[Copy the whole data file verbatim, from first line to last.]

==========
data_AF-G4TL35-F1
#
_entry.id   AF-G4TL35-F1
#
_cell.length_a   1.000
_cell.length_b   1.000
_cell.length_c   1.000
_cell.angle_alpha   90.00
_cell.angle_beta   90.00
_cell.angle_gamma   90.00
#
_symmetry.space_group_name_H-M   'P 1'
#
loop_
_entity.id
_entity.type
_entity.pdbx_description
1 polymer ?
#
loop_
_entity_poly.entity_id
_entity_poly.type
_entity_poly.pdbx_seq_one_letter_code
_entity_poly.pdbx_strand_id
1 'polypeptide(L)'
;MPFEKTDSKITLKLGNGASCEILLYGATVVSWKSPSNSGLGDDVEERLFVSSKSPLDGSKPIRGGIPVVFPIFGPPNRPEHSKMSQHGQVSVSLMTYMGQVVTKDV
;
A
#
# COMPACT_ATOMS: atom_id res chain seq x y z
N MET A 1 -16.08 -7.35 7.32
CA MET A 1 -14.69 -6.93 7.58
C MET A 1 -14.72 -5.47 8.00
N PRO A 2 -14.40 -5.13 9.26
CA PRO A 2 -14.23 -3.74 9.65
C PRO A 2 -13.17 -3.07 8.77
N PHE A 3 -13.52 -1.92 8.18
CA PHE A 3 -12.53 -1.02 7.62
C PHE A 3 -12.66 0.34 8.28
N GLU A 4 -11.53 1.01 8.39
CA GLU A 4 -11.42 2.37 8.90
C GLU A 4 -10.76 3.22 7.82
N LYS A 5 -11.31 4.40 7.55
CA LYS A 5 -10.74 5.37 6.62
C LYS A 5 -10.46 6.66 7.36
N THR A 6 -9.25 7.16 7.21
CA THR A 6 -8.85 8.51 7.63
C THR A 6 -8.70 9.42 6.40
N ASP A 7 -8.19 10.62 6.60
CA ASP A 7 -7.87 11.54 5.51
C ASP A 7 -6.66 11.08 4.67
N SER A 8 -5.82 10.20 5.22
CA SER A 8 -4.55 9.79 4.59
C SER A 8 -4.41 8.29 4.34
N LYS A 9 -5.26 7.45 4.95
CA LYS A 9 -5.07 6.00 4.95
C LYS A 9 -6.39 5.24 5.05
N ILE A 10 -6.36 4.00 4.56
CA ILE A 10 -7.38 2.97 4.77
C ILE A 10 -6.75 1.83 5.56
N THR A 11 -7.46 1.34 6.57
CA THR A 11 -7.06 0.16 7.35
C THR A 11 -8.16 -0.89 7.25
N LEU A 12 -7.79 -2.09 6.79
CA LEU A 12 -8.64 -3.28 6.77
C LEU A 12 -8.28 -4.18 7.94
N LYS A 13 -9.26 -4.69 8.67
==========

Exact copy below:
data_AF-G4TL35-F1
#
_entry.id   AF-G4TL35-F1
#
_cell.length_a   1.000
_cell.length_b   1.000
_cell.length_c   1.000
_cell.angle_alpha   90.00
_cell.angle_beta   90.00
_cell.angle_gamma   90.00
#
_symmetry.space_group_name_H-M   'P 1'
#
loop_
_entity.id
_entity.type
_entity.pdbx_description
1 polymer ?
#
loop_
_entity_poly.entity_id
_entity_poly.type
_entity_poly.pdbx_seq_one_letter_code
_entity_poly.pdbx_strand_id
1 'polypeptide(L)'
;MPFEKTDSKITLKLGNGASCEILLYGATVVSWKSPSNSGLGDDVEERLFVSSKSPLDGSKPIRGGIPVVFPIFGPPNRPEHSKMSQHGQVSVSLMTYMGQVVTKDV
;
A
#
# COMPACT_ATOMS: atom_id res chain seq x y z
N MET A 1 -16.08 -7.35 7.32
CA MET A 1 -14.69 -6.93 7.58
C MET A 1 -14.72 -5.47 8.00
N PRO A 2 -14.40 -5.13 9.26
CA PRO A 2 -14.23 -3.74 9.65
C PRO A 2 -13.17 -3.07 8.77
N PHE A 3 -13.52 -1.92 8.18
CA PHE A 3 -12.53 -1.02 7.62
C PHE A 3 -12.66 0.34 8.28
N GLU A 4 -11.53 1.01 8.39
CA GLU A 4 -11.42 2.37 8.90
C GLU A 4 -10.76 3.22 7.82
N LYS A 5 -11.31 4.40 7.55
CA LYS A 5 -10.74 5.37 6.62
C LYS A 5 -10.46 6.66 7.36
N THR A 6 -9.25 7.16 7.21
CA THR A 6 -8.85 8.51 7.63
C THR A 6 -8.70 9.42 6.40
N ASP A 7 -8.19 10.62 6.60
CA ASP A 7 -7.87 11.54 5.51
C ASP A 7 -6.66 11.08 4.67
N SER A 8 -5.82 10.20 5.22
CA SER A 8 -4.55 9.79 4.59
C SER A 8 -4.41 8.29 4.34
N LYS A 9 -5.26 7.45 4.95
CA LYS A 9 -5.07 6.00 4.95
C LYS A 9 -6.39 5.24 5.05
N ILE A 10 -6.36 4.00 4.56
CA ILE A 10 -7.38 2.97 4.77
C ILE A 10 -6.75 1.83 5.56
N THR A 11 -7.46 1.34 6.57
CA THR A 11 -7.06 0.16 7.35
C THR A 11 -8.16 -0.89 7.25
N LEU A 12 -7.79 -2.09 6.79
CA LEU A 12 -8.64 -3.28 6.77
C LEU A 12 -8.28 -4.18 7.94
N LYS A 13 -9.26 -4.69 8.67